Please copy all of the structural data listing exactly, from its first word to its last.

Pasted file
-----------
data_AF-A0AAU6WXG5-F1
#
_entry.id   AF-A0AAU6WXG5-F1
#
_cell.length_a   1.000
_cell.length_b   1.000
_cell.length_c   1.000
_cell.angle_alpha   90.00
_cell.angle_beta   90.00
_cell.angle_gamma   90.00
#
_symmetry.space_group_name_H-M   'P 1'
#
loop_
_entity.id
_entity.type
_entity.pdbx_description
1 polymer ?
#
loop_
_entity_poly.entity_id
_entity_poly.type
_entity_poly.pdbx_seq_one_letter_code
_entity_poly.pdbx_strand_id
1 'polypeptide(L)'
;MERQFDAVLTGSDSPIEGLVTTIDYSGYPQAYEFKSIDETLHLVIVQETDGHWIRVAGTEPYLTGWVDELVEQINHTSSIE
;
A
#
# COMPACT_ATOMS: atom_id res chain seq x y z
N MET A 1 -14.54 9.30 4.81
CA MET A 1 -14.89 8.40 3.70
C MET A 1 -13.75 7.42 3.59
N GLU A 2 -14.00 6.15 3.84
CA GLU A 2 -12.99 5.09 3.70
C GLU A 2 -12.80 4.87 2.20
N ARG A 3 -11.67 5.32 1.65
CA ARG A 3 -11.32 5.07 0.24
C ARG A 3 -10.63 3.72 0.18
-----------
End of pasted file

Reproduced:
data_AF-A0AAU6WXG5-F1
#
_entry.id   AF-A0AAU6WXG5-F1
#
_cell.length_a   1.000
_cell.length_b   1.000
_cell.length_c   1.000
_cell.angle_alpha   90.00
_cell.angle_beta   90.00
_cell.angle_gamma   90.00
#
_symmetry.space_group_name_H-M   'P 1'
#
loop_
_entity.id
_entity.type
_entity.pdbx_description
1 polymer ?
#
loop_
_entity_poly.entity_id
_entity_poly.type
_entity_poly.pdbx_seq_one_letter_code
_entity_poly.pdbx_strand_id
1 'polypeptide(L)'
;MERQFDAVLTGSDSPIEGLVTTIDYSGYPQAYEFKSIDETLHLVIVQETDGHWIRVAGTEPYLTGWVDELVEQINHTSSIE
;
A
#
# COMPACT_ATOMS: atom_id res chain seq x y z
N MET A 1 -14.54 9.30 4.81
CA MET A 1 -14.89 8.40 3.70
C MET A 1 -13.75 7.42 3.59
N GLU A 2 -14.00 6.15 3.84
CA GLU A 2 -12.99 5.09 3.70
C GLU A 2 -12.80 4.87 2.20
N ARG A 3 -11.67 5.32 1.65
CA ARG A 3 -11.32 5.07 0.24
C ARG A 3 -10.63 3.72 0.18